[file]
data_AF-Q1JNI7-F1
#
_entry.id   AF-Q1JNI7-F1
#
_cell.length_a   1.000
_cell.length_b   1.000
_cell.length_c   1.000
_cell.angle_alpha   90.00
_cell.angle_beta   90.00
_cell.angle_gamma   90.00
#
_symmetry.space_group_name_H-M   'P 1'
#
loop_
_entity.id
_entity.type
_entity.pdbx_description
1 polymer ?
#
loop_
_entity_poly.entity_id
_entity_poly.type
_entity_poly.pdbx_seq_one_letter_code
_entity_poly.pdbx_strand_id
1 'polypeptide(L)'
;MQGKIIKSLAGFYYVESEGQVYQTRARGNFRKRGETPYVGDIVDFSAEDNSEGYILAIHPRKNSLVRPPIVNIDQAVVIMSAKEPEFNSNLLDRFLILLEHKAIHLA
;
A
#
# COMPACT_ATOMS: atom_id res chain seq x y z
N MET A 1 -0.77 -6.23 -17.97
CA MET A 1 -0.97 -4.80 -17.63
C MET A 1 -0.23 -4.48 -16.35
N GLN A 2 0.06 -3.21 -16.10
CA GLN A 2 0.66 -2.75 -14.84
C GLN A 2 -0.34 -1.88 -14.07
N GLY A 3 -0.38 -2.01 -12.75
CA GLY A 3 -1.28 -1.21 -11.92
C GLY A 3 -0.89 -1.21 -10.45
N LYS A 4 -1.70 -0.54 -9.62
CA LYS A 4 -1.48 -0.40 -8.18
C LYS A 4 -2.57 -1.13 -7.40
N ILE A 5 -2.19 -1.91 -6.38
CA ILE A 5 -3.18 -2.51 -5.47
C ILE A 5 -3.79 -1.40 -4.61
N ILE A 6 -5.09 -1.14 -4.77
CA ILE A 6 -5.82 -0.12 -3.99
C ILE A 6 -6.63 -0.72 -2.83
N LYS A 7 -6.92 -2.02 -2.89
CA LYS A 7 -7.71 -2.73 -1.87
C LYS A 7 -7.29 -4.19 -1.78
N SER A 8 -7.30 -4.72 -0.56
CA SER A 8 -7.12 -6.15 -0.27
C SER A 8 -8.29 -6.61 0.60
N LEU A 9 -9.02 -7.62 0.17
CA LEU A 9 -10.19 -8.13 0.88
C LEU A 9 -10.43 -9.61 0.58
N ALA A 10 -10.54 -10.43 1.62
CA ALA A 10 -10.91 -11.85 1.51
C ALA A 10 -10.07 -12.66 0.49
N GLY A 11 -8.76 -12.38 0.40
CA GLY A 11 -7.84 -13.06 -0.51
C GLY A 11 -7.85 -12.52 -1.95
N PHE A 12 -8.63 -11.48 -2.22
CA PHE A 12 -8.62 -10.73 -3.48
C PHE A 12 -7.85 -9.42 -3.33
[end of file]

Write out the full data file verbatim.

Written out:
data_AF-Q1JNI7-F1
#
_entry.id   AF-Q1JNI7-F1
#
_cell.length_a   1.000
_cell.length_b   1.000
_cell.length_c   1.000
_cell.angle_alpha   90.00
_cell.angle_beta   90.00
_cell.angle_gamma   90.00
#
_symmetry.space_group_name_H-M   'P 1'
#
loop_
_entity.id
_entity.type
_entity.pdbx_description
1 polymer ?
#
loop_
_entity_poly.entity_id
_entity_poly.type
_entity_poly.pdbx_seq_one_letter_code
_entity_poly.pdbx_strand_id
1 'polypeptide(L)'
;MQGKIIKSLAGFYYVESEGQVYQTRARGNFRKRGETPYVGDIVDFSAEDNSEGYILAIHPRKNSLVRPPIVNIDQAVVIMSAKEPEFNSNLLDRFLILLEHKAIHLA
;
A
#
# COMPACT_ATOMS: atom_id res chain seq x y z
N MET A 1 -0.77 -6.23 -17.97
CA MET A 1 -0.97 -4.80 -17.63
C MET A 1 -0.23 -4.48 -16.35
N GLN A 2 0.06 -3.21 -16.10
CA GLN A 2 0.66 -2.75 -14.84
C GLN A 2 -0.34 -1.88 -14.07
N GLY A 3 -0.38 -2.01 -12.75
CA GLY A 3 -1.28 -1.21 -11.92
C GLY A 3 -0.89 -1.21 -10.45
N LYS A 4 -1.70 -0.54 -9.62
CA LYS A 4 -1.48 -0.40 -8.18
C LYS A 4 -2.57 -1.13 -7.40
N ILE A 5 -2.19 -1.91 -6.38
CA ILE A 5 -3.18 -2.51 -5.47
C ILE A 5 -3.79 -1.40 -4.61
N ILE A 6 -5.09 -1.14 -4.77
CA ILE A 6 -5.82 -0.12 -3.99
C ILE A 6 -6.63 -0.72 -2.83
N LYS A 7 -6.92 -2.02 -2.89
CA LYS A 7 -7.71 -2.73 -1.87
C LYS A 7 -7.29 -4.19 -1.78
N SER A 8 -7.30 -4.72 -0.56
CA SER A 8 -7.12 -6.15 -0.27
C SER A 8 -8.29 -6.61 0.60
N LEU A 9 -9.02 -7.62 0.17
CA LEU A 9 -10.19 -8.13 0.88
C LEU A 9 -10.43 -9.61 0.58
N ALA A 10 -10.54 -10.43 1.62
CA ALA A 10 -10.91 -11.85 1.51
C ALA A 10 -10.07 -12.66 0.49
N GLY A 11 -8.76 -12.38 0.40
CA GLY A 11 -7.84 -13.06 -0.51
C GLY A 11 -7.85 -12.52 -1.95
N PHE A 12 -8.63 -11.48 -2.22
CA PHE A 12 -8.62 -10.73 -3.48
C PHE A 12 -7.85 -9.42 -3.33